Ask Baxter International or Hospira, two of the key U.S. suppliers of saline, and they will tell you they have gone to extraordinary effort to deal with the solution shortage that has bedeviled the industry for two years. That is, in fact, what they said after U.S. senators announced that they have asked the FTC to look into whether saline producers have used the shortage to unfairly raise prices and push sales of tubes and pumps.
The letter from Republican Senators Orrin Hatch and Mike Lee and Democrats Richard Blumenthal and Amy Klobuchar to the Federal Trade Commission (FTC) asks it to look into "possible illegal collusion" by saline solution manufacturers. "Price increases often help clear shortages, but in this case the shortage is still ongoing after nearly two years, raising questions about the incentives of the saline suppliers to solve this problem and about possible coordination among them," the letter says.
The letter questions whether saline producers have even made an effort to resolve the shortage and suggests the FTC pay particular attention to whether the three key saline producers are using it to sell other equipment by tying saline sales to other products such as "pumps, tubing, and catheters."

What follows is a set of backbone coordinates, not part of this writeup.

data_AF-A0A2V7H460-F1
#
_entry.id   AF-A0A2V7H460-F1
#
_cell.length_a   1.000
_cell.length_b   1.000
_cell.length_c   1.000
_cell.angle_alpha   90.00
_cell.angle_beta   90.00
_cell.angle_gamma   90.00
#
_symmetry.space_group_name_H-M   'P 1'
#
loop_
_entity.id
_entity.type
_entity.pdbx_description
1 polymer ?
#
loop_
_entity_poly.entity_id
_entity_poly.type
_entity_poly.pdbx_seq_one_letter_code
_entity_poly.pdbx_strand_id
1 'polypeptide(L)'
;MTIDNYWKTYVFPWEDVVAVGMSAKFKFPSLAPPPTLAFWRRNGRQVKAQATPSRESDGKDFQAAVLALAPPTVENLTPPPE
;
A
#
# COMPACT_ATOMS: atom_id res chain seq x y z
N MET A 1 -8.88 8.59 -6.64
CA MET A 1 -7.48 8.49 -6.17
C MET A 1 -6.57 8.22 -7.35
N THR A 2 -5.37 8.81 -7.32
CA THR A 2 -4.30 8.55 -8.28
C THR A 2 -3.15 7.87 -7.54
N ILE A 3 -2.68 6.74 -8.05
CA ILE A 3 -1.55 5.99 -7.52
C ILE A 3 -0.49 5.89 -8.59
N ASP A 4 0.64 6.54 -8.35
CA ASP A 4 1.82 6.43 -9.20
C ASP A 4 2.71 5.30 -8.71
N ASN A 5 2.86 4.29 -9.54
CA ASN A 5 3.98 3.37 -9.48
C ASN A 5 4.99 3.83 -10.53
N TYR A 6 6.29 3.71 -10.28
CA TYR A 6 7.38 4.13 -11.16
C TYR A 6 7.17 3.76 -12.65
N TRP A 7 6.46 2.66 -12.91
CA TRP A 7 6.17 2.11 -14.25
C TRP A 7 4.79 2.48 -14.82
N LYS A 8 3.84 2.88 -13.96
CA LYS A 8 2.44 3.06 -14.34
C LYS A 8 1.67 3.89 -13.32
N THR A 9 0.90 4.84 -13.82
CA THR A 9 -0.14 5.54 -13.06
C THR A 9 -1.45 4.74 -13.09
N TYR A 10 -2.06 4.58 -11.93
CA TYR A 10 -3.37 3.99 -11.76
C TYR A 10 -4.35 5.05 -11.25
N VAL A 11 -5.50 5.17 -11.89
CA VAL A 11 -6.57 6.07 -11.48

Baxter International ($BAX) and Hospira, which make up the three producers along with B. Braun Medical, responded adamantly on Wednesday that they have gone to great lengths to help the FDA and the industry solve the shortage.
"Baxter has made extraordinary efforts to maximize the availability of sterile solutions," Baxter spokesman John O'Malley said in an emailed statement.
He explained that those efforts included "securing additional sources of supply" from a plant in Spain that the FDA has now approved to sell into the U.S. The agency is also evaluating a second Baxter plant in Mexico.
A statement from Hospira, now part of Pfizer ($PFE), said that the company responded initially to the shortage "by expanding its production of saline products to maximum capacity through manufacturing 24 hours a day, 7 days a week."
Neither company responded to suggestions by the senators that they may have tied saline pricing to sales of their medical equipment, and neither mentioned that ongoing recalls by each had subtracted from the additional production they have offered up in the face of the shortage. Both, instead, insisted that saline remains a great value in the U.S.
O'Malley said that while Baxter has raised saline prices by "modest … single to low double digit" amounts during the past couple of years, it had not pushed the prices up by the 200% to 300% suggested by the senators. "Sterile IV saline solution is one of the best medical values in healthcare today--the cost of this Baxter prescription product is less than a cup of coffee."
- find the letter here